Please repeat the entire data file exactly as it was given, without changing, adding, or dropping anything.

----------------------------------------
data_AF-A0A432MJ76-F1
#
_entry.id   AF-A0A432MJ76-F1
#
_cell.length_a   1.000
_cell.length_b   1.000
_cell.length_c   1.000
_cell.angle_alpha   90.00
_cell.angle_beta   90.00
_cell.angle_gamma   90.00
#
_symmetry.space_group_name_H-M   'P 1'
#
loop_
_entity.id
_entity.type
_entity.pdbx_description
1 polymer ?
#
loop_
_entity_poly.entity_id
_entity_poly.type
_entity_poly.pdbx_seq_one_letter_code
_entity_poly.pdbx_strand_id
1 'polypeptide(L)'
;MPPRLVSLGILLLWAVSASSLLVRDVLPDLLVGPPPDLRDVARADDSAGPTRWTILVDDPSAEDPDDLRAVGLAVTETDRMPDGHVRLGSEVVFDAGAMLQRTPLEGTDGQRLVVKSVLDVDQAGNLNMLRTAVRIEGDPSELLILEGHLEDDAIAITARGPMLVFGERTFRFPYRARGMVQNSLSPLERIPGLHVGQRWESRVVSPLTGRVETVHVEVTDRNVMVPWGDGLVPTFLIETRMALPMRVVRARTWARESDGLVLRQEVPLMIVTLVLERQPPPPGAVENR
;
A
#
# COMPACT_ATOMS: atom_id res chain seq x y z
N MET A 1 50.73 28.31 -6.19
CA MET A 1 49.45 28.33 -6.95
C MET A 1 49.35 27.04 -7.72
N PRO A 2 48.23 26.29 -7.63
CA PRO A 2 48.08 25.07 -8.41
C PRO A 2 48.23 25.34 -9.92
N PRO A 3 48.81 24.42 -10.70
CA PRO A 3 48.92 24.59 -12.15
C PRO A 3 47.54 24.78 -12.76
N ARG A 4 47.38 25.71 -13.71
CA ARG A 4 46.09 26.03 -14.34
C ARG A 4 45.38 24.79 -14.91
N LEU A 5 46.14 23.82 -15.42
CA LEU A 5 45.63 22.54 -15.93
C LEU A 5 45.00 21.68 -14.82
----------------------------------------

data_AF-A0A432MJ76-F1
#
_entry.id   AF-A0A432MJ76-F1
#
_cell.length_a   1.000
_cell.length_b   1.000
_cell.length_c   1.000
_cell.angle_alpha   90.00
_cell.angle_beta   90.00
_cell.angle_gamma   90.00
#
_symmetry.space_group_name_H-M   'P 1'
#
loop_
_entity.id
_entity.type
_entity.pdbx_description
1 polymer ?
#
loop_
_entity_poly.entity_id
_entity_poly.type
_entity_poly.pdbx_seq_one_letter_code
_entity_poly.pdbx_strand_id
1 'polypeptide(L)'
;MPPRLVSLGILLLWAVSASSLLVRDVLPDLLVGPPPDLRDVARADDSAGPTRWTILVDDPSAEDPDDLRAVGLAVTETDRMPDGHVRLGSEVVFDAGAMLQRTPLEGTDGQRLVVKSVLDVDQAGNLNMLRTAVRIEGDPSELLILEGHLEDDAIAITARGPMLVFGERTFRFPYRARGMVQNSLSPLERIPGLHVGQRWESRVVSPLTGRVETVHVEVTDRNVMVPWGDGLVPTFLIETRMALPMRVVRARTWARESDGLVLRQEVPLMIVTLVLERQPPPPGAVENR
;
A
#
# COMPACT_ATOMS: atom_id res chain seq x y z
N MET A 1 50.73 28.31 -6.19
CA MET A 1 49.45 28.33 -6.95
C MET A 1 49.35 27.04 -7.72
N PRO A 2 48.23 26.29 -7.63
CA PRO A 2 48.08 25.07 -8.41
C PRO A 2 48.23 25.34 -9.92
N PRO A 3 48.81 24.42 -10.70
CA PRO A 3 48.92 24.59 -12.15
C PRO A 3 47.54 24.78 -12.76
N ARG A 4 47.38 25.71 -13.71
CA ARG A 4 46.09 26.03 -14.34
C ARG A 4 45.38 24.79 -14.91
N LEU A 5 46.14 23.82 -15.42
CA LEU A 5 45.63 22.54 -15.93
C LEU A 5 45.00 21.68 -14.82